He’s been touted as one of the most stylish names out there, Park Slope-perfect. But while the rise of his literary cousin Harper is undeniable, his climb has been less dramatic.
Thanks to Jasmin for suggesting Atticus as our Baby Name of the Day.
How did a 1960 novel and its accompanying 1962 film adaptation become one of the hottest sources of baby name inspiration in the twenty-first century?
No really – how? Brilliant they may be, but usually there’s a precipitating factor, like a reboot of the book as a film, to push the names up the popularity charts.
Instead, names from To Kill a Mockingbird have been quietly gaining for years. Okay, the novel is Oprah’s favorite, much discussed on her show, and that’s enough to kickstart quite a lot of chatter. And Mockingbird did celebrate its fiftieth anniversary in 2010. Still, I wonder if this is a product of the Library of Congress’ One Book, One Community program. Lee’s novel is almost certainly the most often selected book for community-wide reading programs, which started in 1998 in Portland, but caught fire just about the time we started hearing stylish parents consider Harper and Atticus.
Or maybe it just so happens that Harper Lee’s immortal characters were onomastically ahead of their time. And so it took almost five decades for Scout and Radley and the author’s preferred appellation – she was born Nelle Harper Lee – to catch on.
Lee’s principled attorney would count as a worthy inspiration for many parents. Still, Atticus is no overnight sensation.
- Harper, the darling of celebrity and regular Joe parents alike, entered the US Top 1000 for girls at #887 in 2004, and has nimbly ascended to #119 in 2010. I fully expect her to break the Top 100 when the stats are released in a few weeks.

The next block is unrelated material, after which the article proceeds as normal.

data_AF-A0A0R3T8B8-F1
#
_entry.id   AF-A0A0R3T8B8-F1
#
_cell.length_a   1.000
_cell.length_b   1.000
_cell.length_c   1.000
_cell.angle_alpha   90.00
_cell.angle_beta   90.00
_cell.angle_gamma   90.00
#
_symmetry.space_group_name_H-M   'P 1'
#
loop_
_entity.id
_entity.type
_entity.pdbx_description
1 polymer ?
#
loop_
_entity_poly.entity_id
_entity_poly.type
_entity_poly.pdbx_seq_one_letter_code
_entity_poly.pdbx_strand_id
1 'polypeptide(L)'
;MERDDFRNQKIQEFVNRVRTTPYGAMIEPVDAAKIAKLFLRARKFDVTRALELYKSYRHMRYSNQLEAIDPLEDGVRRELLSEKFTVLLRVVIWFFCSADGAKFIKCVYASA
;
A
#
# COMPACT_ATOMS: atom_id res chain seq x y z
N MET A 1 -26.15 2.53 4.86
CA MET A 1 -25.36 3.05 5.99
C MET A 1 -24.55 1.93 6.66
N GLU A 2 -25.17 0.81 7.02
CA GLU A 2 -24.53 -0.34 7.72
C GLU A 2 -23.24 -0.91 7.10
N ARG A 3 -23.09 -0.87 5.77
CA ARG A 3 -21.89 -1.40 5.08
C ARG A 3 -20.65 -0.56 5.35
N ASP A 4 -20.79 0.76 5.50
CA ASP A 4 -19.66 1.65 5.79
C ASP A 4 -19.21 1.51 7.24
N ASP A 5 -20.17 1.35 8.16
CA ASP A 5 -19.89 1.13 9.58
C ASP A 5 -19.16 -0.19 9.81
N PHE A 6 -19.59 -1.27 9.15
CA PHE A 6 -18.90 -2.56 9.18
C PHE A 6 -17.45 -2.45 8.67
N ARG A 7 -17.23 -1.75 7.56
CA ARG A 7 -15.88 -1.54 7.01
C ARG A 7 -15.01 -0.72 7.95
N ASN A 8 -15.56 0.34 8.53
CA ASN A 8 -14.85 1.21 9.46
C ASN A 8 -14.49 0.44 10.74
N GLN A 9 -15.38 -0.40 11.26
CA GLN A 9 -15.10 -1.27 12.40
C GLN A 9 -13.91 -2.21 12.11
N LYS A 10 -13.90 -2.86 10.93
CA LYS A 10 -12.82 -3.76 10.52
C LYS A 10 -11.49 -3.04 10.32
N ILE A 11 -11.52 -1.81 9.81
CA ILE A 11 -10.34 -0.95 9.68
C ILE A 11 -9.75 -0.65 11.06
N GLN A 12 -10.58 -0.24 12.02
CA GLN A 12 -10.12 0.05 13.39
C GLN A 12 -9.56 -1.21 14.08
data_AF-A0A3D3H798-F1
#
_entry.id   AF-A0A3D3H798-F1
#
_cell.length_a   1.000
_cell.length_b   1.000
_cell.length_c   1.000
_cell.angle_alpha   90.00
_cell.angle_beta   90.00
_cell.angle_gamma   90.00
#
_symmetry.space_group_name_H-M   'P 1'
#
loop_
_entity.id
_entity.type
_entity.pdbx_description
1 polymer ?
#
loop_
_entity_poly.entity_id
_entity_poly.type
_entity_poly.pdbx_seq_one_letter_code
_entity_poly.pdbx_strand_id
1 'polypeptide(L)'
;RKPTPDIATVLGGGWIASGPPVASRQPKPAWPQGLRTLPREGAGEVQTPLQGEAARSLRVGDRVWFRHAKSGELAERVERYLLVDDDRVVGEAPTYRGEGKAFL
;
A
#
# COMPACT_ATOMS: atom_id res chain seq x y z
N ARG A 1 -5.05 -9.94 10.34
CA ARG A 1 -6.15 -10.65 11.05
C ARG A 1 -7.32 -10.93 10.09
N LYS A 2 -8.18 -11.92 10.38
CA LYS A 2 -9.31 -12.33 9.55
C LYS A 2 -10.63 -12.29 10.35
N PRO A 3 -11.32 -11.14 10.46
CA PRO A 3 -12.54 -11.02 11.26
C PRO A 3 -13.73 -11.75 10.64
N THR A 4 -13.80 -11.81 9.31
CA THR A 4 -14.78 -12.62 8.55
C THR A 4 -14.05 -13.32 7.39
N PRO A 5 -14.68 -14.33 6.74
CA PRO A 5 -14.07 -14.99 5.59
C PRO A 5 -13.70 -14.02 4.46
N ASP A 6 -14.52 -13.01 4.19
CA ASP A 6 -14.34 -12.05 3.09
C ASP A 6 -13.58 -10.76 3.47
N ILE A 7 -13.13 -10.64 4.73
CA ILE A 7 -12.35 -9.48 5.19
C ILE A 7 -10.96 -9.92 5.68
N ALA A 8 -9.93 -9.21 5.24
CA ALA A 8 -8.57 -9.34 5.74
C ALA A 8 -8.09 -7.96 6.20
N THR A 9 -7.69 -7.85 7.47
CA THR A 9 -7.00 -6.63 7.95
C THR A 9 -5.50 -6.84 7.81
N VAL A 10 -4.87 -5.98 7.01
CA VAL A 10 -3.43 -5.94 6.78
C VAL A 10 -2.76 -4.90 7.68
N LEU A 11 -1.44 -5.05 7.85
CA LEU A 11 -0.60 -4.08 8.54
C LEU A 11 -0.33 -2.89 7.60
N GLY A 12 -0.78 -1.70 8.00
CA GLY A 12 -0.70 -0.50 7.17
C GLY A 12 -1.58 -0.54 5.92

- Atticus, by comparison, entered the US Top 1000 at #937 in 2004, and was up to a respectable #564 last year. He’d actually charted once previously, back in 1881.
The name comes from the Latin, meaning “from Attica.” Plenty of ancient names refer to a place of birth, but in this case, Attica is the region around Athens, the center of the world in the Classical era. A handful of accomplished ancients wore the name, too, including Herodus Atticus, a wealthy, Greek-born thinker who used his fortune on several capital projects, including the theater pictured above.
And so Atticus has gained not just because of his status as a literary hero, but his style. There’s Marcus, Julius and Maximus, all in favor for sons these days.
Casey Affleck and Daniel Baldwin are among the famous fathers with sons called Atticus. No Doubt’s Tom Dumont has a Rio Atticus, and Mary-Louise Parker has a William Atticus. And while it is tempting to dismiss him as a trendy name, there have always been men called Atticus. US Census records turn up plenty that pre-date the publication of To Kill a Mockingbird.
One of his shortcomings is the lack of an easy nickname. A novel used the spelling Addicus a few years ago, but Addie is so thoroughly a girls’ name these days that it doesn’t seem a likely option for a boy.
Still, if you know that you’ll use all three syllables, then Atticus is a distinguished appellation – and less common than you might think!